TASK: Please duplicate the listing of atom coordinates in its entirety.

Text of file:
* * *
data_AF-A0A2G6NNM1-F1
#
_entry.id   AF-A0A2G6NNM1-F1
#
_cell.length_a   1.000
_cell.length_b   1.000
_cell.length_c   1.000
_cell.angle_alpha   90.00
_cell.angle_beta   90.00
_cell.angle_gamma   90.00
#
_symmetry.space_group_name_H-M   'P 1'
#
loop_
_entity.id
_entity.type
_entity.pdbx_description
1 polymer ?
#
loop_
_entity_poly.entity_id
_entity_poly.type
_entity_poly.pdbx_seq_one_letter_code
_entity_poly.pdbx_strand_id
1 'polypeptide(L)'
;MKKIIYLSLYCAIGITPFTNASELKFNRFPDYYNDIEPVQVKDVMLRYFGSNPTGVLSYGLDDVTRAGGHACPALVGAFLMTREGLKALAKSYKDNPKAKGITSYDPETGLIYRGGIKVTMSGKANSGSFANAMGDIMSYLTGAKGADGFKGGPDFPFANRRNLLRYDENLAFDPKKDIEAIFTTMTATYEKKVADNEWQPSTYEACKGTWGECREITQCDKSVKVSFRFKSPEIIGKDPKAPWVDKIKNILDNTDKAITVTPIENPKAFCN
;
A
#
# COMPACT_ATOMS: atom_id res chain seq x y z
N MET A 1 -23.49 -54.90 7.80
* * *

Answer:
data_AF-A0A2G6NNM1-F1
#
_entry.id   AF-A0A2G6NNM1-F1
#
_cell.length_a   1.000
_cell.length_b   1.000
_cell.length_c   1.000
_cell.angle_alpha   90.00
_cell.angle_beta   90.00
_cell.angle_gamma   90.00
#
_symmetry.space_group_name_H-M   'P 1'
#
loop_
_entity.id
_entity.type
_entity.pdbx_description
1 polymer ?
#
loop_
_entity_poly.entity_id
_entity_poly.type
_entity_poly.pdbx_seq_one_letter_code
_entity_poly.pdbx_strand_id
1 'polypeptide(L)'
;MKKIIYLSLYCAIGITPFTNASELKFNRFPDYYNDIEPVQVKDVMLRYFGSNPTGVLSYGLDDVTRAGGHACPALVGAFLMTREGLKALAKSYKDNPKAKGITSYDPETGLIYRGGIKVTMSGKANSGSFANAMGDIMSYLTGAKGADGFKGGPDFPFANRRNLLRYDENLAFDPKKDIEAIFTTMTATYEKKVADNEWQPSTYEACKGTWGECREITQCDKSVKVSFRFKSPEIIGKDPKAPWVDKIKNILDNTDKAITVTPIENPKAFCN
;
A
#
# COMPACT_ATOMS: atom_id res chain seq x y z
N MET A 1 -23.49 -54.90 7.80